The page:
Explaining the meaning behind song “Edelweiss” – The Sound of Music

"Edelweiss" - The Sound of Music: explaining the meaning behind song and songfacts songs

When you think of the Sound of Music, one of the most iconic movie musicals of all time, certain things come to mind. Maybe you think of Julie Andrews and her incredible voice. Or perhaps you recall the catchy tunes and memorable scenes. One thing that might not immediately spring to mind is the meaning behind one of the film’s most famous songs: Edelweiss. In this blog post, we’ll take a closer look at what the song is about and what it means for the characters in the Sound of Music. Spoiler alert: it’s a lot more than just a pretty flower!

Edelweiss is a popular song in Russian. She appears in the musical The Sound of Music (released back in 1959) by Rodgers and Hammerstein. The captain’s character of Georg Ludwig von Trapp (for the first time the composition was performed by Theodor Bickel together with Mary Martin) and his household are shown before the performance (already by the end of the second act). The composition positions the patriotism of the Austrians in the face of the accomplished accession and the forced von Trapp to serve in the Kriegsmarine, a kind of “farewell” to the Fatherland. His devotion is symbolized by a plant – a wonderful alpine edelweiss.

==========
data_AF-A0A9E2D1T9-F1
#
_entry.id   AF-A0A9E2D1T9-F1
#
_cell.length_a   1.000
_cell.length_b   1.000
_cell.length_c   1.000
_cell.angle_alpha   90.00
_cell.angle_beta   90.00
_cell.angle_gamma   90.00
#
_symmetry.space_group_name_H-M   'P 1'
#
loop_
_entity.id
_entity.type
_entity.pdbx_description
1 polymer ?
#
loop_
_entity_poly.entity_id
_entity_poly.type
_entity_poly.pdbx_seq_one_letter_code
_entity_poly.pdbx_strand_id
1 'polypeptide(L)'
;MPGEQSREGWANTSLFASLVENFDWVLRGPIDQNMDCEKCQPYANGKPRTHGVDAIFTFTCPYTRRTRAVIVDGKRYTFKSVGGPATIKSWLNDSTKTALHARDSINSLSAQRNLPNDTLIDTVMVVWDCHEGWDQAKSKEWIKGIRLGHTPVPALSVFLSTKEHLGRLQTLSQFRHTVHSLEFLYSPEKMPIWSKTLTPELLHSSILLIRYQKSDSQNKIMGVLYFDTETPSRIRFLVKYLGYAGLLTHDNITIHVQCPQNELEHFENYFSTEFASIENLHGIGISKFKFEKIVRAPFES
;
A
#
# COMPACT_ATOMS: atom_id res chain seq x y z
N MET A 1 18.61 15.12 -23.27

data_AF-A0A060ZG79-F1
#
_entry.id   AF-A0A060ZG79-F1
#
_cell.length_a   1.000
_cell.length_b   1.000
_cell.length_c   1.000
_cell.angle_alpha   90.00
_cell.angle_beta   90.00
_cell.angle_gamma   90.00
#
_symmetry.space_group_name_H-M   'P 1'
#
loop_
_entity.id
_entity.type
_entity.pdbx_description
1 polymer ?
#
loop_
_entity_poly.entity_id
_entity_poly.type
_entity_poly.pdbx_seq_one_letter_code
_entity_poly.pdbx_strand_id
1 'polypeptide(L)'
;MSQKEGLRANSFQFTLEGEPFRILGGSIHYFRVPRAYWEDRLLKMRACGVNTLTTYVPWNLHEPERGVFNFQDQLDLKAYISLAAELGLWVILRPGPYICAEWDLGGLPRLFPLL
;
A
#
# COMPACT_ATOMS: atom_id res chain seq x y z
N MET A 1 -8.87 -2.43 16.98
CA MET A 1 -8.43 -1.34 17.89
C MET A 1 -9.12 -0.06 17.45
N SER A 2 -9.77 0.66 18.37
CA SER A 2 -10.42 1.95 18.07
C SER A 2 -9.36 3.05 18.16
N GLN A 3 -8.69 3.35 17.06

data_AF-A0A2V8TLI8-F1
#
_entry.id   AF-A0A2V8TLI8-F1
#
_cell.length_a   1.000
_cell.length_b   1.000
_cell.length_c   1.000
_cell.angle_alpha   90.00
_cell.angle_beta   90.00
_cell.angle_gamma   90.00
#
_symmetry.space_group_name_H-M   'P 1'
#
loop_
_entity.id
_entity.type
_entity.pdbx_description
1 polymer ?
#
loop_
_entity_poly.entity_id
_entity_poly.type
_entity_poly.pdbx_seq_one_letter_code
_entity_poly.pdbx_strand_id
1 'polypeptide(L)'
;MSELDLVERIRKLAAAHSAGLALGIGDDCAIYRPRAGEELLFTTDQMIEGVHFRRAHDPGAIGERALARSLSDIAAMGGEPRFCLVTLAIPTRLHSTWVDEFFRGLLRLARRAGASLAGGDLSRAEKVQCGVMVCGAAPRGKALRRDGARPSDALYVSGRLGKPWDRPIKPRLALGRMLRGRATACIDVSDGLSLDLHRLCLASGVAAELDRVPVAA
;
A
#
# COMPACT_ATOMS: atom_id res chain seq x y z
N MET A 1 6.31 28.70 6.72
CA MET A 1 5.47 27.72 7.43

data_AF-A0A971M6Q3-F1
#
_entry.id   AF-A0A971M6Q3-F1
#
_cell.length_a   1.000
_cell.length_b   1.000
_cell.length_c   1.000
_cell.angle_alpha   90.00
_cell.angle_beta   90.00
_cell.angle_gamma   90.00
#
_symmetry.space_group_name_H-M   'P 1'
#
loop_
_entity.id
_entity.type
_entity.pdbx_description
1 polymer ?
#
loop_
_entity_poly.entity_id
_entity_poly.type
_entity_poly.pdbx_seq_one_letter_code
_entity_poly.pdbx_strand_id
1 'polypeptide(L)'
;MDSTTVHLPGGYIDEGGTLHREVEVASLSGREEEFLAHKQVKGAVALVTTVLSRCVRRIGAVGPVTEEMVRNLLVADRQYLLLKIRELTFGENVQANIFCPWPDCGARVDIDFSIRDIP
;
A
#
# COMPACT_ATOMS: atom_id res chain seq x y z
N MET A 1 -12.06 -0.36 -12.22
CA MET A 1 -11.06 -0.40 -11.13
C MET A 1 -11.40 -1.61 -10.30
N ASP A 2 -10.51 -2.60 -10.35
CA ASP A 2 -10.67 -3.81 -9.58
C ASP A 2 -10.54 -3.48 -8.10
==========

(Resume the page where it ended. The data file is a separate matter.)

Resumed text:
Oscar Hammerstein II, who left this world in August 1960, wrote this composition before his death.

The story behind the song “The Sound of Music” – Edelweiss

In Boston, the Sound of Music selection tests were carried out. Richard Rogers felt that the character would suit the composition, symbolizing his farewell to his homeland. Rogers, together with Oscar Hammerstein II, were going to create an additional composition that would be performed by von Trapp on the festival stage (closer to his finale). When creating a piece of music, they realized that it fits perfectly with Theodor Bickel, selected for the role of captain. In the original screenplay from Lindsey and Kraus, there is a scene where the baroness pays a visit to the captain’s house. Gretl hands her a bouquet of edelweiss. Here, these flowers symbolize a common field plant, which is an Austrian symbol. The memory of the flowers is heartily kept by both the captain and his household. All this is happening against the backdrop of the occupation of Austria by the Nazis.

Rogers was able to become the creator of an artless, but piercing and touching waltz melody. It is lyrical, created in the Italian style of the ritornello. The narrative talks about the influence of the composition created by Hammerstein. “Edelweiss” performed very well in the musical. The composition was the result of the joint work of two creators of good music. Hammerstein died of cancer (9 months after the debut production of the musical on Broadway).

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The meaning of the song “The Sound of Music” – Edelweiss